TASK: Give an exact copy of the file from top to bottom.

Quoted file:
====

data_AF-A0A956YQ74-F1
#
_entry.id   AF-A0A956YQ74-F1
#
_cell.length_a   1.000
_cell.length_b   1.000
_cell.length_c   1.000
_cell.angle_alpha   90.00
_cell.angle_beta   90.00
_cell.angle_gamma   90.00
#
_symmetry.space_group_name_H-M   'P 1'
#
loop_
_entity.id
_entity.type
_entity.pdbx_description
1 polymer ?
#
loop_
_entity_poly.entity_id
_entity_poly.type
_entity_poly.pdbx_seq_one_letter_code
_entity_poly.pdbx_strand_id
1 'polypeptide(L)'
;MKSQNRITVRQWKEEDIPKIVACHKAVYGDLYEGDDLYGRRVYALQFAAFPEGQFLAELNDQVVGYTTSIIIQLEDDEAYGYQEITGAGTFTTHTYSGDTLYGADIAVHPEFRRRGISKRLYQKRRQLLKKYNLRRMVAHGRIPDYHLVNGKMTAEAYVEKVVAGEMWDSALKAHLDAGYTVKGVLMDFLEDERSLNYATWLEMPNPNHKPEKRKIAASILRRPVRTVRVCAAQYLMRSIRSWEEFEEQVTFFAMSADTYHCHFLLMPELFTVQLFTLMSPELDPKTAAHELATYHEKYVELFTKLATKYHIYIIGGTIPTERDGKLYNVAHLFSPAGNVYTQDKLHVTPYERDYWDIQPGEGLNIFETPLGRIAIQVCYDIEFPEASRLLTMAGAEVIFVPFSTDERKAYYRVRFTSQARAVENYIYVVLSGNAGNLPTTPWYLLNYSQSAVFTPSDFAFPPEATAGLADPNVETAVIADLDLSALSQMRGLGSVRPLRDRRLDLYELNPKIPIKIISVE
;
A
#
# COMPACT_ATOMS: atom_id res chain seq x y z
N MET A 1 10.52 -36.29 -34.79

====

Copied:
data_AF-A0A956YQ74-F1
#
_entry.id   AF-A0A956YQ74-F1
#
_cell.length_a   1.000
_cell.length_b   1.000
_cell.length_c   1.000
_cell.angle_alpha   90.00
_cell.angle_beta   90.00
_cell.angle_gamma   90.00
#
_symmetry.space_group_name_H-M   'P 1'
#
loop_
_entity.id
_entity.type
_entity.pdbx_description
1 polymer ?
#
loop_
_entity_poly.entity_id
_entity_poly.type
_entity_poly.pdbx_seq_one_letter_code
_entity_poly.pdbx_strand_id
1 'polypeptide(L)'
;MKSQNRITVRQWKEEDIPKIVACHKAVYGDLYEGDDLYGRRVYALQFAAFPEGQFLAELNDQVVGYTTSIIIQLEDDEAYGYQEITGAGTFTTHTYSGDTLYGADIAVHPEFRRRGISKRLYQKRRQLLKKYNLRRMVAHGRIPDYHLVNGKMTAEAYVEKVVAGEMWDSALKAHLDAGYTVKGVLMDFLEDERSLNYATWLEMPNPNHKPEKRKIAASILRRPVRTVRVCAAQYLMRSIRSWEEFEEQVTFFAMSADTYHCHFLLMPELFTVQLFTLMSPELDPKTAAHELATYHEKYVELFTKLATKYHIYIIGGTIPTERDGKLYNVAHLFSPAGNVYTQDKLHVTPYERDYWDIQPGEGLNIFETPLGRIAIQVCYDIEFPEASRLLTMAGAEVIFVPFSTDERKAYYRVRFTSQARAVENYIYVVLSGNAGNLPTTPWYLLNYSQSAVFTPSDFAFPPEATAGLADPNVETAVIADLDLSALSQMRGLGSVRPLRDRRLDLYELNPKIPIKIISVE
;
A
#
# COMPACT_ATOMS: atom_id res chain seq x y z
N MET A 1 10.52 -36.29 -34.79